Highlands the place to be for Bike Month
|By Mark Arike - Staff Writer | June 23, 2016
With more than a dozen cycling routes to explore and spectacular views of the countryside, the Haliburton Highlands is the perfect destination to visit during Bike Month.
Last year, the province designated June as bike month after a private members’ bill—Bill 13—was passed to recognize and promote this green-friendly activity. It was brought forward by Burlington MPP Eleanor McMahon, who is founder of the Share the Road Cycling Coalition and the Minister of Tourism, Culture and Sport. In 2006, her husband, OPP Sgt. Greg Stobbart, was killed in a cycling collision with a driver with five convictions for driving with a suspended license.
Cycling in the province is a popular activity. Statistics show that about 1.2 million adults in Ontario cycle daily during the spring, summer and fall. At least 2.8 million people ride a minimum of once a week.
“I think it’s kind of a good kick-off to the season,” said local health promoter Sue Shikaze, referring to Bike Month.
June is also a popular month for other cycling events, such as the national Commuter Challenge and bike to work or school initiatives.
In addition to her role with the health unit, Shikaze is chair of Communities in Action (CIA) committee and the Share the Road Cycling Coalition. The group, which is comprised of several community stakeholders, promotes active transportation and works with local government “to see the value in cycling.”
Last May, several cyclists were invited to participate in a ride in Highlands East to celebrate the improvements made to County Road 648 where one metre of both shoulders were paved. A section of Kennisis Lake Road was also upgraded.
On Saturday morning, eight cyclists embarked on a 10-kilometre ride along County Road 6 to Eagle Lake from the community centre in West Guilford. They were encouraged to go for lunch at Abbey Gardens afterwards.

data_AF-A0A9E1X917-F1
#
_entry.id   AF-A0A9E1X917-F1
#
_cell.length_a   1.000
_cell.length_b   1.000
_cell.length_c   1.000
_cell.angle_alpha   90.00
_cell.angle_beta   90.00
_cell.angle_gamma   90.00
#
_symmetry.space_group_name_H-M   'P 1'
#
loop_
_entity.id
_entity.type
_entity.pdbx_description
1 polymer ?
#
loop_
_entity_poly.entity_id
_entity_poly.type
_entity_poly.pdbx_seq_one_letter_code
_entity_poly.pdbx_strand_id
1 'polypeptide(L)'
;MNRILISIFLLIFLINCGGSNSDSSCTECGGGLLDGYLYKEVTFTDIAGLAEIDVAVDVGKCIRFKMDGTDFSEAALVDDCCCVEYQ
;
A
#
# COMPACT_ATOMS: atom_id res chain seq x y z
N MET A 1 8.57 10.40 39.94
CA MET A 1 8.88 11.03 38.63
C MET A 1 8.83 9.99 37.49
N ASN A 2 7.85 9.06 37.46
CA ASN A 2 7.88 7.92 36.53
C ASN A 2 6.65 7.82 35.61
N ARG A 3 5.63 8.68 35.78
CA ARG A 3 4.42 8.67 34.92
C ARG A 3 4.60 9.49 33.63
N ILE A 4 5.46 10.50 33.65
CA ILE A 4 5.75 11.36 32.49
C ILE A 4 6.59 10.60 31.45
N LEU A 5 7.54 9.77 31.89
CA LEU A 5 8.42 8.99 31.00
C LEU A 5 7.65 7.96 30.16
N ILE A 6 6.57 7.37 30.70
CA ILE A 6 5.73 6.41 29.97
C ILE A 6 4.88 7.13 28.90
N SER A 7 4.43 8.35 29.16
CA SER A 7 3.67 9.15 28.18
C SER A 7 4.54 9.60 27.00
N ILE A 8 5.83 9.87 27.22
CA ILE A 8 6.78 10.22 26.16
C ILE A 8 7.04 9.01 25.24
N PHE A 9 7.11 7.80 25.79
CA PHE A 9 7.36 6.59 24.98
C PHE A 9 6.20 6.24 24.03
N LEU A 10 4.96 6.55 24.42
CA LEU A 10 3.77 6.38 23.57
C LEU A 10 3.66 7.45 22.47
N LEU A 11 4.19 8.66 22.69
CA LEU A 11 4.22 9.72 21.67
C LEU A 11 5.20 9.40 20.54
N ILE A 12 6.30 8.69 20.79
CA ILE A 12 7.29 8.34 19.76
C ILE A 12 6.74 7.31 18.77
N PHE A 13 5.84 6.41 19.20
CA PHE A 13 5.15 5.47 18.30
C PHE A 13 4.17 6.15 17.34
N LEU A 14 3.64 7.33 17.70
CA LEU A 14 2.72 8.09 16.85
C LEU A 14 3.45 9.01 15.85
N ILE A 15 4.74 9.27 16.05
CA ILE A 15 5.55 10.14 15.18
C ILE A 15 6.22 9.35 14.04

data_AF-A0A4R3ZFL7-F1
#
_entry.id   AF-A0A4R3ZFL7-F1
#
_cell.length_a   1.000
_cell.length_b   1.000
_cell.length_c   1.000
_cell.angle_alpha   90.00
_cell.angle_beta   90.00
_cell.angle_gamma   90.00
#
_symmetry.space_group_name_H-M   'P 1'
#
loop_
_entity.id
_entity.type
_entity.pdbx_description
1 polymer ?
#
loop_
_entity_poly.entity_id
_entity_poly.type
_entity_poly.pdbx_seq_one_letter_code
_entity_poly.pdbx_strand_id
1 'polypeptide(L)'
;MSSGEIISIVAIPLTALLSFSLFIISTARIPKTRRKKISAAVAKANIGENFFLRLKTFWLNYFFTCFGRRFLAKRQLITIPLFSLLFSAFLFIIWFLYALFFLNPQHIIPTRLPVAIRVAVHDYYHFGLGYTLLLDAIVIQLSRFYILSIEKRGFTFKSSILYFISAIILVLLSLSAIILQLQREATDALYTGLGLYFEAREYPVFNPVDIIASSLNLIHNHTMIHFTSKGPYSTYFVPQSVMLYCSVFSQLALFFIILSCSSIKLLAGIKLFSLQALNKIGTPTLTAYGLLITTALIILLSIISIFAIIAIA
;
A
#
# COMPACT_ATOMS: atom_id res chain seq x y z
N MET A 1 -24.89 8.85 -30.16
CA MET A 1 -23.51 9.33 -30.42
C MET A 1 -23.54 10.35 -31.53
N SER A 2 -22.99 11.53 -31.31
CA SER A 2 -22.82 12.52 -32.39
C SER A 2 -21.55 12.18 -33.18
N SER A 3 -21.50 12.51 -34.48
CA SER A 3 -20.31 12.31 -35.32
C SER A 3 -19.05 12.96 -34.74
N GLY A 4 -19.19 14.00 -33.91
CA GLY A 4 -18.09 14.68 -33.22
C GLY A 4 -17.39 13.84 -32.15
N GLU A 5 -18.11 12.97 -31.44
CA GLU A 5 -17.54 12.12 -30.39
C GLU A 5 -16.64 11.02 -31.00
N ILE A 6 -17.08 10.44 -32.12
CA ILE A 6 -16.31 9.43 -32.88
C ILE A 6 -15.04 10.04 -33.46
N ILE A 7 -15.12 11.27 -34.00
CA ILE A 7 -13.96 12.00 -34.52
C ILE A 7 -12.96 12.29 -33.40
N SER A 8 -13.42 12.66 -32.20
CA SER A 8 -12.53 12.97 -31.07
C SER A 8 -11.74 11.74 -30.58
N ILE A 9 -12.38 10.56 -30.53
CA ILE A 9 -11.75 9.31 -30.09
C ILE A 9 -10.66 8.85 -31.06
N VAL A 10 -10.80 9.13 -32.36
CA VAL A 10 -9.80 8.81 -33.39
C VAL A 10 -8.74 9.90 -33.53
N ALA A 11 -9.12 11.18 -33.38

The free event was hosted by CIA and The Haliburton Real Easy Ryders Cycling Club.
“I sort of see it as a way to raise awareness of cycling opportunities in the area,” said Shikaze. “It coincides with our Share the Road campaign. I just think events like this are good just to raise the profile and keep it in [everyone’s] mind that people are out there cycling.”
Laurie Scott, MPP for Haliburton-Kawartha Lakes-Brock, believes cycling is not only a healthy activity but is great for tourism.
“More and more people want to cycle,” Scott told The Highlander.
She pointed out that the county’s culinary offerings will continue to grow and that is an attractive feature for cyclists.
“It’s a good economic opportunity for the area to attract more visitors.”
Scott attended the event but was unable to ride due to an injury.
The county has a five-year roads plan, which includes paved shoulders.
“There are some roads that get a complete rehabilitation and when they do that they’re going to add paved shoulders, which is great,” said Shikaze. “Bit by bit we get a little bit more added.”
Since infrastructure improvements are costly for municipalities, the Ministry of Environment and Climate Change is investing $150-225 million for cycling infrastructure in Ontario over the next five years. It isn’t exactly known how that money will be distributed, she said.
“It [the commitment] shows that cycling and getting more people on bikes can help to meet climate change goals of the province.”
As a rural community, the county is doing quite well when it comes to being cycle-friendly. In fact, Shikaze says it’s a leader when it comes active including active transportation in its plans. She often hears from other communities seeking information about the successful Share the Road campaign, which encourages cyclists and motorists to respect one another.
“I think we’re looked upon quite favourably that way,” she said.
But other communities are also making progress. For example, Lanark County, Grey County, and the County of Lennox and Addington have all adopted paved shoulder policies stating they will add paved shoulders to any roads that undergo rehabilitation.
“I think we’re doing well, but there are other places that are doing well too.”
To learn more about the local cycling routes visit cyclehaliburton.ca. Maps are available online.
MARK ARIKE is a reporter for The Highlander.